2 HP Ingeco engine

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R.R. 2, Haubstadt, Indiana, 47639

In April of 1985 I visited Delbert Rhoades near North Manchester, Indiana. We visited a while like gas engine folks do and looked at several engines he had. He mentioned that he was going to take some things to the spring swap meet at Portland, Indiana. I asked what he was going to sell, and among those things was a 2? HP Ingeco engine. It was mostly apart (that's how he acquired it), and most of the parts were quite rusted. They had been in a bucket that must have sat under a hole in the roof. Most of it was there, but the gas tank, timing gear and cam and the truck wheels were obviously missing. Not considering those and other missing parts a major problem, I bought the engine to be delivered at the Portland show in August. The Ingeco offered the kind of challenge that I enjoy, and the five spoke flywheels also were interesting. Delbert met me at Portland and made delivery. During the show I sorted through the pieces to get some idea of how it would all go back together. I had assumed it was a hit and miss engine since I had had the remains of one several years ago. At some point I found a part that had a throttle butterfly in it - surprise - it turned out to be a throttle governor type.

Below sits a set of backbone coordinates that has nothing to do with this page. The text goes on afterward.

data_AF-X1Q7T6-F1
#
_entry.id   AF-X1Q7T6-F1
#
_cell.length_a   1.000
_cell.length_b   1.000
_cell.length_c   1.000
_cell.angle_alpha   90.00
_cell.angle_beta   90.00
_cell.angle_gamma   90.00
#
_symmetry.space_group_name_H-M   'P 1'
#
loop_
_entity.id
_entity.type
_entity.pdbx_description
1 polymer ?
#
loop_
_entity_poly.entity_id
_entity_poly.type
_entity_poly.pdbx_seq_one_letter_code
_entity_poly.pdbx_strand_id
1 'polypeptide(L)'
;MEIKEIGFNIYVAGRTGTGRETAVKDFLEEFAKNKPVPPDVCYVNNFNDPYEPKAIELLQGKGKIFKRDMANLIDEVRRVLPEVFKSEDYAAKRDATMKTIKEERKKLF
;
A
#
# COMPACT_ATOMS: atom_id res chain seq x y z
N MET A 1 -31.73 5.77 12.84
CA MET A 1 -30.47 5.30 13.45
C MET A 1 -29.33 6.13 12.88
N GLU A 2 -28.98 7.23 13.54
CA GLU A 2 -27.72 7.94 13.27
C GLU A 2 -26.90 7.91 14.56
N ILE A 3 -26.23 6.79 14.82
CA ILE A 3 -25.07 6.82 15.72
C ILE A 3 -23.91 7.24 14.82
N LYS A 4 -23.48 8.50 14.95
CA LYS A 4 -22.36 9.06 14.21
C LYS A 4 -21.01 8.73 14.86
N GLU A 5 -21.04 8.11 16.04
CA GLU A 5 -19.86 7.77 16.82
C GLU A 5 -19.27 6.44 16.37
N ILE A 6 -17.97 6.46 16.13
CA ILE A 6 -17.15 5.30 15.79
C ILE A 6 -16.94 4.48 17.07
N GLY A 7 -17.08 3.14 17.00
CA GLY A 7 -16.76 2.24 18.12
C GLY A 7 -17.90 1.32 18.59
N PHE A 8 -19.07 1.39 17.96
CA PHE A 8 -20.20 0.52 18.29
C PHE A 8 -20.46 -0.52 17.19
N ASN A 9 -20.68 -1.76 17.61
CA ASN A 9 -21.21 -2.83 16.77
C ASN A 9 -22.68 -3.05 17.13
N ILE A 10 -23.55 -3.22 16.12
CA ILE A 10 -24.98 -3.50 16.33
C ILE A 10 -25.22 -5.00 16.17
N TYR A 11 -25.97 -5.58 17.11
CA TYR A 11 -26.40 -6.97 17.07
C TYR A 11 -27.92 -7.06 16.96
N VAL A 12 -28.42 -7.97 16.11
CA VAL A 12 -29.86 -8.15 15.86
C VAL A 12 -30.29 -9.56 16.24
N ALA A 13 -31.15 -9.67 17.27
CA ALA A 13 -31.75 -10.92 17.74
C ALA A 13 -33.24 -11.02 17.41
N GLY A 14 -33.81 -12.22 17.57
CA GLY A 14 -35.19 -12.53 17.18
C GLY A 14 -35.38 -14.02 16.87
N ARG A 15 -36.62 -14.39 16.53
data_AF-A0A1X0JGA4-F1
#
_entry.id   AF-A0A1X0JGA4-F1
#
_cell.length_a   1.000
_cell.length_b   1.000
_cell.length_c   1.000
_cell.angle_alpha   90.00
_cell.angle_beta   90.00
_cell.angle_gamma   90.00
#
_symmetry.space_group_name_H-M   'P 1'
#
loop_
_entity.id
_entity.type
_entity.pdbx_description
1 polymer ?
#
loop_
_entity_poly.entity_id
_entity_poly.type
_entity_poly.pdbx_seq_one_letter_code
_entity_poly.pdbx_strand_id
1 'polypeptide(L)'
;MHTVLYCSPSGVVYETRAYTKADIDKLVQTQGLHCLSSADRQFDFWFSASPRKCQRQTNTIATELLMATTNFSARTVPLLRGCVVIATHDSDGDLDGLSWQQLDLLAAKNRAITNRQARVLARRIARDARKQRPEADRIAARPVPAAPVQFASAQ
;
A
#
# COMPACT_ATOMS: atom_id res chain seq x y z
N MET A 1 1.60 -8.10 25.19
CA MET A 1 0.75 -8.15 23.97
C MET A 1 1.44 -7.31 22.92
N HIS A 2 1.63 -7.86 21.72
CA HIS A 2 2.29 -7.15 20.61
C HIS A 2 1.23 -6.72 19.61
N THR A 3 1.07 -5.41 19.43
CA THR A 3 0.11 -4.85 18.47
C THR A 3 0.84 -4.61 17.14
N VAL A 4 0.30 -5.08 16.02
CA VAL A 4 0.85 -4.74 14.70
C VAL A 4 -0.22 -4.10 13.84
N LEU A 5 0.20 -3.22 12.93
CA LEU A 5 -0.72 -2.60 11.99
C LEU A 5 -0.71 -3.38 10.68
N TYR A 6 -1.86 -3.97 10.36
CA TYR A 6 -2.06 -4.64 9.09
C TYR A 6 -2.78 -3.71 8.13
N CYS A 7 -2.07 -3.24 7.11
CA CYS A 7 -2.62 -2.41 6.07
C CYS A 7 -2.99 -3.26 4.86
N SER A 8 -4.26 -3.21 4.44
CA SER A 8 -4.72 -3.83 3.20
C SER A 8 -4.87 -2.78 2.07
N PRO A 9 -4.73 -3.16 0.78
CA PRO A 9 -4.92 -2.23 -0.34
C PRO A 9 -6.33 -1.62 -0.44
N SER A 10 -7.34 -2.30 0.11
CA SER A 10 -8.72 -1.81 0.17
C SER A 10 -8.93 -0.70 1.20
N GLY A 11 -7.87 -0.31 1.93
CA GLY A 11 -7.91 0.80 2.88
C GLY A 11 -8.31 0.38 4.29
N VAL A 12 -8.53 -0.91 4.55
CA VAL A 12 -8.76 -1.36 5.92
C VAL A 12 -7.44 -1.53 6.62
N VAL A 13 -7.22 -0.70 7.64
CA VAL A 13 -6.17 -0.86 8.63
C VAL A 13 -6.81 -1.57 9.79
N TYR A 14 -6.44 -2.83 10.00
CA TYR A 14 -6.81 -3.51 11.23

When we got it all home, it was further disassembled. The iron parts were all sent to Redi-Strip for cleanup and derusting.

Finally, the restoration phase began. New skids were made, suitable axles acquired and a set of 12 inch wheels were ordered from Madison Cast Wheel Company. A new gas tank, a Wizard magneto band and a few other odds and ends were ordered from Starbolt. M. E. Brison provided the decals.

As it turned out, a lot of parts had to be made or rebuilt. These included fuel lines, the side rod, all springs, the inner and outer governor shafts, the spring and trip mechanism for the magneto, valve stems, throttle shaft and butterfly, crank guard, muffler, the spark advance and retard mechanism and numerous other odds and ends.

I advertised for the cam gear and cam with no response. Finally, I located Harold Rigsby at Walnut Grove, Indiana. There I copied the cam shape and the crank guard shape. No stock or used gear could be located so I finally had a local machine shop make the gear and cam for $180.00.

The Wizard magneto turned out to be a challenge too. Not only were the bushings and shaft worn, something must have swelled up because the armature wouldn't clear the inside of the case without dragging. I also had to learn the hard way that the magneto should be charged when fully assembled rather than charging the magnets and then putting the thing together. I'll bet the magneto was disassembled and assembled 50 times before it and the ignitor all worked well together.

We painted it a dark metallic green and then put the gold striping back on following pictures in a catalog reprint.

Finally, we got the whole thing back together, adjusted and functioning. It starts and runs nice but it wheezes as it runs unless the cylinder is kept well oiled. The back half of the cylinder is pitted. In the summer of 1986 we had it at four shows. I was especially proud to take it back to Portland a year later to show Delbert the finished product.